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squiggleslash's Journal: Another weird-ass networking issue: Huge Ethernet packets 5

Journal by squiggleslash

Ok, excerpt from a tcpdump. The network works like this:

Erythrocyte<->XEN bridge<->Endothelial<->PPPoE<->Teh Intertubes<->m4e5e36d0.tmodns.net

11:36:20.625832 IP (tos 0x0, ttl 64, id 21777, offset 0, flags [DF], proto TCP (6), length 2880) erythrocyte.squiggleslash.link.www > m4e5e36d0.tmodns.net.9971: . 1:2841(2840) ack 529 win 211
11:36:20.626425 IP (tos 0xc0, ttl 64, id 41691, offset 0, flags [none], proto ICMP (1), length 576) endothelial > erythrocyte.squiggleslash.link: ICMP m4e5e36d0.tmodns.net unreachable - need to frag (mtu 1492), length 556
IP (tos 0x0, ttl 64, id 21777, offset 0, flags [DF], proto TCP (6), length 2880) erythrocyte.squiggleslash.link.www > m4e5e36d0.tmodns.net.9971: . 1:2841(2840) ack 529 win 211[|icmp]
11:36:23.623281 IP (tos 0x0, ttl 64, id 21779, offset 0, flags [DF], proto TCP (6), length 1460) erythrocyte.squiggleslash.link.www > m4e5e36d0.tmodns.net.9971: . 1:1421(1420) ack 529 win 211
11:36:23.731117 IP (tos 0x0, ttl 185, id 48684, offset 0, flags [none], proto TCP (6), length 40) m4e5e36d0.tmodns.net.9971 > erythrocyte.squiggleslash.link.www: ., cksum 0xcae5 (correct), 529:529(0) ack 1421 win 2190

The tcpdump is on Erythrocyte's pseudo-Ethernet device, though for what it's worth I get the same stuff on Endothelial's.

Now, some background:

  1. Erythrocyte and Endothelial are both virtualized servers running on the same physical hardware using Xen. squiggleslash.link is my internal DNS domain for IPv4 NAT addresses (10.x). Just saying. This doesn't involve IPv6 or anything else like that.
  2. The MTU on Erythrocyte's eth0 is 1500. Though for shits and giggles I did reduce it to 1460, but nothing changed.
  3. The MSS on Erythrocyte's default gateway set up was unset. Again, for shits and giggles I changed it to 1460. Nothing changed
  4. Erythrocyte seems, for the most part, to be having problems with Endothelial's requests to send smaller packets. Essentially, I'm tracing all of this because if I try to hit my website from an external address, such as Chloe (my N800) over T-Mobile's Internet connection, it takes ages to load pages, with many objects just not being transferred.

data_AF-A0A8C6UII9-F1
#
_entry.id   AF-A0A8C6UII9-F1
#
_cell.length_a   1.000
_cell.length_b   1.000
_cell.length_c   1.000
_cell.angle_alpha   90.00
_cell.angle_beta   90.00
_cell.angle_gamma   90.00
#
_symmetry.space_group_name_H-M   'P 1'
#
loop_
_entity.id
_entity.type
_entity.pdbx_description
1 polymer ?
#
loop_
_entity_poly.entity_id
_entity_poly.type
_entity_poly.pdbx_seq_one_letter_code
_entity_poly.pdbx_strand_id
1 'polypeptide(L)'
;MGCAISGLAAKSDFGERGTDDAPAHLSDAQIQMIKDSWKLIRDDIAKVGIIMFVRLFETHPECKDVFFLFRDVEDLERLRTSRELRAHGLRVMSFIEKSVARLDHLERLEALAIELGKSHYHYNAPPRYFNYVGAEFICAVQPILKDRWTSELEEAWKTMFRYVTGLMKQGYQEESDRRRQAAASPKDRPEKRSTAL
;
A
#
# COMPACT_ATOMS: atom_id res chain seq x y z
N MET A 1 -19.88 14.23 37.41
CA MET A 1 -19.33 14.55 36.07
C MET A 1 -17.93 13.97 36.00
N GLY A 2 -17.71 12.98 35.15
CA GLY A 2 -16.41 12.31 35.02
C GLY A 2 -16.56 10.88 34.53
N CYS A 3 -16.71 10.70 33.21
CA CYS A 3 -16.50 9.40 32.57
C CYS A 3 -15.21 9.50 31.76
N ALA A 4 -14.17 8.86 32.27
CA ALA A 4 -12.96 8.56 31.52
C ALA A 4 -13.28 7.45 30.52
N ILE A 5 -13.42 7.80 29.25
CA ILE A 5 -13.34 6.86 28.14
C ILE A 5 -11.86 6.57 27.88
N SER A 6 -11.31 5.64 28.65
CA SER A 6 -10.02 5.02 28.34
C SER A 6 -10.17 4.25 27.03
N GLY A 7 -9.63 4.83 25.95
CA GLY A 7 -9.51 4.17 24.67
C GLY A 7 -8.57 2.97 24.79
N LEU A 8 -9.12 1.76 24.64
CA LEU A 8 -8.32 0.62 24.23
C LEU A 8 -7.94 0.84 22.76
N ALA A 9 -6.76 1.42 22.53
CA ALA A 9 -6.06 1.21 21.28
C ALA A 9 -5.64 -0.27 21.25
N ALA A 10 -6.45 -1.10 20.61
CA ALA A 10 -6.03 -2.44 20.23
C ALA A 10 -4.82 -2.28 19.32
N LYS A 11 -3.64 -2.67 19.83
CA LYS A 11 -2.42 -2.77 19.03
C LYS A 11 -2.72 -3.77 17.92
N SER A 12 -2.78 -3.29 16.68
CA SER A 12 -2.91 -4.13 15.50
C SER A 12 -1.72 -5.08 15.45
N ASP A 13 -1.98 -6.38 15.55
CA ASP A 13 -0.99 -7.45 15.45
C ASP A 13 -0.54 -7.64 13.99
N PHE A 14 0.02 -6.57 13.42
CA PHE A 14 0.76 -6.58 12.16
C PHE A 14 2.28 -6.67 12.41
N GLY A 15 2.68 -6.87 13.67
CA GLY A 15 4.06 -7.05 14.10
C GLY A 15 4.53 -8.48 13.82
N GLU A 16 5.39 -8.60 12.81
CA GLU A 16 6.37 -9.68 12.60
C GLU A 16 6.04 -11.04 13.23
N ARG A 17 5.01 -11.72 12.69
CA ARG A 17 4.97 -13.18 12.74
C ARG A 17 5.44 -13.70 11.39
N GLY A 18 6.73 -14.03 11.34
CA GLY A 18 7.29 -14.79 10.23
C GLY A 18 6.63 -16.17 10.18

5. This doesn't appear to be related to PPPoE. The pppoe driver is correctly notifying Erythrocyte that all packets to Chloe need to have a smaller MSS. And, in any case, I'd expect Endothelial to have a fit about 2880 byte packets regardless of whether the external connection is PPPoE or regular Ethernet.

I may be misreading the log, but it looks like somehow Erythrocyte is able to send a giant, 2880 byte, packet fragment to Endothelial, despite hardware (or virtualized hardware) that makes that impossible, and OS settings telling it specifically not to do that. Am I misreading it?

This discussion was created by squiggleslash (241428) for no Foes, but now has been archived. No new comments can be posted.

Another weird-ass networking issue: Huge Ethernet packets

Comments Filter:
  • Bork bork bork bork [launchpad.net]

    See if that's relevant first.

    • Although, I'm pretty sure if this is your issue, you need to turn off segmentation offload, not tx checksumming for your problem:

      ethtool -K eth0 tso off

      • Looks like that fixed it (I didn't try the tx one) - thanks!
        • Glad to be of help.

          The problem is that Xen's virtual NIC drivers are very generic so they work with a wide array of hardware. As such, they don't support segmentation offloading at all (though TCP Segmentation Offloading, TSO, is generally the only one that causes a problem given that other protocol's packets are rarely large). When Dom0 is talking to DomU and vice versa it's no problem, since they can pass large frames to each other, but if DomU is talking to the outside world AND claiming TSO support, the

          • Thanks for the explanation, it's starting to make sense now.

            Also after Googling for the that command, I found this [launchpad.net].

            Thanks again.

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